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Local Elementary School On a Mission to Collect a Million PenniesSubmitted: 02/22/2013
Local Elementary School On a Mission to Collect a Million Pennies
Story By Ryan Abney

WOODRUFF-ARBOR VITAE - Kate Pelham was a Northwoods doctor from 1931 to 1956. Her medical service to the community made her a legend--and it was all done without a hospital.

In 1953, students from Arbor-Vitae-Woodruff Elementary School collected a million pennies to help build the area's first medical center.

From now until May--Some AVW students are on a mission to repeat history for Dr. Kate's Scholarship Fund.

Today at Citizen's Bank in Woodruff--AVW 3rd Graders went to make their first deposit. AVW teacher Joanne Fitz Patrick likes to see the kids have some fun. There's always a lesson to learn whether students see it or not.

"The teamwork and the cooperation and the research and the history the kids are learning about our community is just huge there's just so much for them to take part in. And the excitement that's growing at our school about the idea of getting a million pennies again is just awesome."

Dr. Kate Musuem Curator Marsha Doud knows what those kids did for the community. She's proud to see the tradition is alive today.

"Sixty-years later new generations of kids are learning their legacy, their schools legacy to the community."

The 60th Anniversary Million Penny Parade is set for May 25th.


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Tomahawk native Nick Van Strydonk decided to design a custom racing suit and matching helmet to be auctioned off the last day of the derby.

Wednesday, he lived up to that promise with a larger donation than he ever expected.

"I'm glad I was at work and sitting down in my chair because it was mind blowing," said Van Strydonk.

At this year's derby in Eagle River, Van Strydonk raced in a custom made suit and helmet which he planned to auction off the last day of the derby.

"It was actually a really cool suit and I only wore it once," said Van Strydonk.

He planned to raise enough money to send at least three veterans on the Never Forgotten Honor Flight which is about $1,500 but much like his competition, he blew that goal away.

"I believe we were just at $5,000," said Van Strydonk.

Strydonk donated $3,000 to the Honor Flight Foundation which will send six veterans on an upcoming flight. He also gave Wounded Warriors $1,000 and $500 to the Tomahawk VFW Post Wednesday.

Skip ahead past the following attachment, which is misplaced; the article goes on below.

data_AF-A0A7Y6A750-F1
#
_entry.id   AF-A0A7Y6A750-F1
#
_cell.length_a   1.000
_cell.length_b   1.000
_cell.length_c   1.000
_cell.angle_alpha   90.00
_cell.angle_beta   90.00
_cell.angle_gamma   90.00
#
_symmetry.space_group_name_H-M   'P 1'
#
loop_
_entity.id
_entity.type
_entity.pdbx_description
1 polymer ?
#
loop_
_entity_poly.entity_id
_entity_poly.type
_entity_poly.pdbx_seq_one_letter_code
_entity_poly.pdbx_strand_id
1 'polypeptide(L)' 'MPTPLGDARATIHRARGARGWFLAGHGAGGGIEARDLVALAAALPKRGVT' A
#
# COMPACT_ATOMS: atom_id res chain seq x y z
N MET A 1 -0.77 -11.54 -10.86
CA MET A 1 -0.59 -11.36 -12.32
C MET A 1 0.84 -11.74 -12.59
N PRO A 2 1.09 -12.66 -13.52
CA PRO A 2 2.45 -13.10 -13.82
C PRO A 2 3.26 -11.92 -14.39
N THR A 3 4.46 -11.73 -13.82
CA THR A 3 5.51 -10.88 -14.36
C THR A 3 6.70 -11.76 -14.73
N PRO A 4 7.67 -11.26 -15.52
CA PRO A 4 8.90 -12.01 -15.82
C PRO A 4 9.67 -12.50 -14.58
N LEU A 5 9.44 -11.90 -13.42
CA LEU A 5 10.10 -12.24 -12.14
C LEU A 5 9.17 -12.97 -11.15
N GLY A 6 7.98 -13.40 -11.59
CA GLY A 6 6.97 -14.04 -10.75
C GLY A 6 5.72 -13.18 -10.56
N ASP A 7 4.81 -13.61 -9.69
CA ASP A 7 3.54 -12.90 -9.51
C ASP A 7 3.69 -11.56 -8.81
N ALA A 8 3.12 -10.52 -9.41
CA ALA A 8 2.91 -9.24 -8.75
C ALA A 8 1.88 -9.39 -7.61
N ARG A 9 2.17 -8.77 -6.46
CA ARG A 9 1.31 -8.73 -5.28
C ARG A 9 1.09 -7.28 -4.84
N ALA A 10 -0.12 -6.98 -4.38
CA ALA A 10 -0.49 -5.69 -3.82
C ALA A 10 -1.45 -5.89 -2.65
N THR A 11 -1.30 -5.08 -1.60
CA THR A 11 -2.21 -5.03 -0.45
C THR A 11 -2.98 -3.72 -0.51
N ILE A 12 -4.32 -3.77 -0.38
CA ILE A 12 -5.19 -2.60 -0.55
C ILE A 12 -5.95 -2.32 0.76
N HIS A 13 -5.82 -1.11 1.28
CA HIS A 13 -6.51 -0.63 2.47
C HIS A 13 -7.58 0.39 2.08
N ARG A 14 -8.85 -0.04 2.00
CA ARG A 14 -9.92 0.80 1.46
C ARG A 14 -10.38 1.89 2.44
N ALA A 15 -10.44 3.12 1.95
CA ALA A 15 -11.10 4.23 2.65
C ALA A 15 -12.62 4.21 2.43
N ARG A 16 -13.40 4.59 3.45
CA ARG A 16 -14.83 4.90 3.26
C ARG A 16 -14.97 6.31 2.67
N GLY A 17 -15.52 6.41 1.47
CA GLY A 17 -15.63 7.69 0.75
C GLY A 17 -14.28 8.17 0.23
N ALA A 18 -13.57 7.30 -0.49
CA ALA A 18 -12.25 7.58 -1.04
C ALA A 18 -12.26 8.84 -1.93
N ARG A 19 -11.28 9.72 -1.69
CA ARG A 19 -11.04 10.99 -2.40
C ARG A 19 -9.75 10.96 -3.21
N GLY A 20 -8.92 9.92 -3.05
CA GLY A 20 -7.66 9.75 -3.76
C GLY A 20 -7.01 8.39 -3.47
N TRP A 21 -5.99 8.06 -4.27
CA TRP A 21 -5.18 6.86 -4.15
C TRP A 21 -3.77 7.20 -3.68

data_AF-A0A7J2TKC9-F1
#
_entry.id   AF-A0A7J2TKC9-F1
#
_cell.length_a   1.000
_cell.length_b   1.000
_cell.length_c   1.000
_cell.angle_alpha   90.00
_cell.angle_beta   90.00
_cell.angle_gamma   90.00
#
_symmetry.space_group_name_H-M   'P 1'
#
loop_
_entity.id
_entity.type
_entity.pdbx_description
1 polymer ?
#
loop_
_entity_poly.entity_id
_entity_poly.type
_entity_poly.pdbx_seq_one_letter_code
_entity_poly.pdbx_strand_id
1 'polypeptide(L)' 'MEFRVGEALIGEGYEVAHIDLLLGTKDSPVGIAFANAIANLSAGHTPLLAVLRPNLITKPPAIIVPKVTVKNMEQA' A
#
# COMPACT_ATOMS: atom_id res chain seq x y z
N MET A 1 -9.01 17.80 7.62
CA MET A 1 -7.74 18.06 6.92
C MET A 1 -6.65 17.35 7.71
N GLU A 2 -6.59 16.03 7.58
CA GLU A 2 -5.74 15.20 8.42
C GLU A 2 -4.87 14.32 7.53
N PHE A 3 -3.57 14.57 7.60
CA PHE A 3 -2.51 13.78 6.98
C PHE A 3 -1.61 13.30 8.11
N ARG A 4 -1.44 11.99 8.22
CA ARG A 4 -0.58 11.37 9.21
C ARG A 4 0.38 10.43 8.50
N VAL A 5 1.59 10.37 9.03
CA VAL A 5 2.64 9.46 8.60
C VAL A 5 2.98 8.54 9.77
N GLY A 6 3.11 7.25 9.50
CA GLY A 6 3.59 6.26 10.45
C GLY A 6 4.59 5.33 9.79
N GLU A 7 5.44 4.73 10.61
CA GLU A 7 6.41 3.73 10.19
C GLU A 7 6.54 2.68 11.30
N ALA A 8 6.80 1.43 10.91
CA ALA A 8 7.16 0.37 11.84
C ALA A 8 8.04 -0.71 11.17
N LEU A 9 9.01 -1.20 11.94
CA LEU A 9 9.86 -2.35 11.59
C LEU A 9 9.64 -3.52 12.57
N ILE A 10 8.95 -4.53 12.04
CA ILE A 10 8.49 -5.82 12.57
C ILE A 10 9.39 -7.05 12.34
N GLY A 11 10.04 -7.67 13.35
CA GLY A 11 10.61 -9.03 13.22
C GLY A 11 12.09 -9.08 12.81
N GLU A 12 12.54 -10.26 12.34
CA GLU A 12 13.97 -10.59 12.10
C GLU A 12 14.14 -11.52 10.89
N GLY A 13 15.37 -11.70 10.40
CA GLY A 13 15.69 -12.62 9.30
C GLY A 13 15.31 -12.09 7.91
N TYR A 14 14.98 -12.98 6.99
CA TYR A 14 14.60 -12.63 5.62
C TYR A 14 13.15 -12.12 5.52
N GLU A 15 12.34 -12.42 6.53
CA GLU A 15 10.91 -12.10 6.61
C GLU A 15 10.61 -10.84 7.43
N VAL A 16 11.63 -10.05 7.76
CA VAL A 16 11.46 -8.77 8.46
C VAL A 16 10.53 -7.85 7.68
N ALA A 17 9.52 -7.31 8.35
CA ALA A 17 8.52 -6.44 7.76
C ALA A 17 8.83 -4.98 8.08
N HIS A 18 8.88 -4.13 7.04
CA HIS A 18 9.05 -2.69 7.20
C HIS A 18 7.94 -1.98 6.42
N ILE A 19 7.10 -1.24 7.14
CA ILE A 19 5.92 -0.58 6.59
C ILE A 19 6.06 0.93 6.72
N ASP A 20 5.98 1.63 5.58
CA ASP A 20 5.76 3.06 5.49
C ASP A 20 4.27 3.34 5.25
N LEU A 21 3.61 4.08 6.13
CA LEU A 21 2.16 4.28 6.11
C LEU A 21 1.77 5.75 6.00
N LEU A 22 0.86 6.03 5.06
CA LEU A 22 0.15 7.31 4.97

"It never ceases to amaze me the gratitude and the love that the people of Tomahawk and surrounding A two-time World Snowmobile Derby Champion raced for something bigger than just himself at last month's derby.

Tomahawk native Nick Van Strydonk decided to design a custom racing suit and matching helmet to be auctioned off the last day of the derby.

Wednesday, he lived up to that promise with a larger donation than he ever expected.

"I'm glad I was at work and sitting down in my chair because it was mind blowing," said Van Strydonk.

At this year's derby in Eagle River, Van Strydonk raced in a custom made suit and helmet which he planned to auction off the last day of the derby.

"It was actually a really cool suit and I only wore it once," said Van Strydonk.

He planned to raise enough money to send at least three veterans on the Never Forgotten Honor Flight which is about $1,500 but much like his competition, he blew that goal away.

"I believe we were just at $5,000," said Van Strydonk.

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Moen ran from the scene and was arrested in western Wisconsin.

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No one was hurt.

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"It's just a really great feeling knowing that they can do this and they can get there and spend the time they need to reflect on what they need to reflect on," said Highground Executive Director Jon Weiler.

Weiler said most of the veterans visiting have a hard time moving around the large park without assistance from a wheelchair.

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